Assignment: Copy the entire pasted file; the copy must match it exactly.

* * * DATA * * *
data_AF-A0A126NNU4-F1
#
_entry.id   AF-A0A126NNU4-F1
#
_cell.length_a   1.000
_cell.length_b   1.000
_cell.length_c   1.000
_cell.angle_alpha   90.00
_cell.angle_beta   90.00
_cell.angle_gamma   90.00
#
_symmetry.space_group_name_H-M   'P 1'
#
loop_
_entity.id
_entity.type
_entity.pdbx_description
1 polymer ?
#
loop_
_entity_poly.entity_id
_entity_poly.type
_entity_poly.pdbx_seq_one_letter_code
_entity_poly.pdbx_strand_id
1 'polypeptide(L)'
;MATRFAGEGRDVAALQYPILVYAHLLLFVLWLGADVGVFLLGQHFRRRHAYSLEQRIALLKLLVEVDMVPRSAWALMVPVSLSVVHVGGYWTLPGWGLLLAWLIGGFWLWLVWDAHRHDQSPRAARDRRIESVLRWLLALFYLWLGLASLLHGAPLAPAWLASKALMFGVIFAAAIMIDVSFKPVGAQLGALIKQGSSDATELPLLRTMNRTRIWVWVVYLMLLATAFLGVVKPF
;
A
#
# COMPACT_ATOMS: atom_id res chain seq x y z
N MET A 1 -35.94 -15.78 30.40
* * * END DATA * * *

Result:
data_AF-A0A126NNU4-F1
#
_entry.id   AF-A0A126NNU4-F1
#
_cell.length_a   1.000
_cell.length_b   1.000
_cell.length_c   1.000
_cell.angle_alpha   90.00
_cell.angle_beta   90.00
_cell.angle_gamma   90.00
#
_symmetry.space_group_name_H-M   'P 1'
#
loop_
_entity.id
_entity.type
_entity.pdbx_description
1 polymer ?
#
loop_
_entity_poly.entity_id
_entity_poly.type
_entity_poly.pdbx_seq_one_letter_code
_entity_poly.pdbx_strand_id
1 'polypeptide(L)'
;MATRFAGEGRDVAALQYPILVYAHLLLFVLWLGADVGVFLLGQHFRRRHAYSLEQRIALLKLLVEVDMVPRSAWALMVPVSLSVVHVGGYWTLPGWGLLLAWLIGGFWLWLVWDAHRHDQSPRAARDRRIESVLRWLLALFYLWLGLASLLHGAPLAPAWLASKALMFGVIFAAAIMIDVSFKPVGAQLGALIKQGSSDATELPLLRTMNRTRIWVWVVYLMLLATAFLGVVKPF
;
A
#
# COMPACT_ATOMS: atom_id res chain seq x y z
N MET A 1 -35.94 -15.78 30.40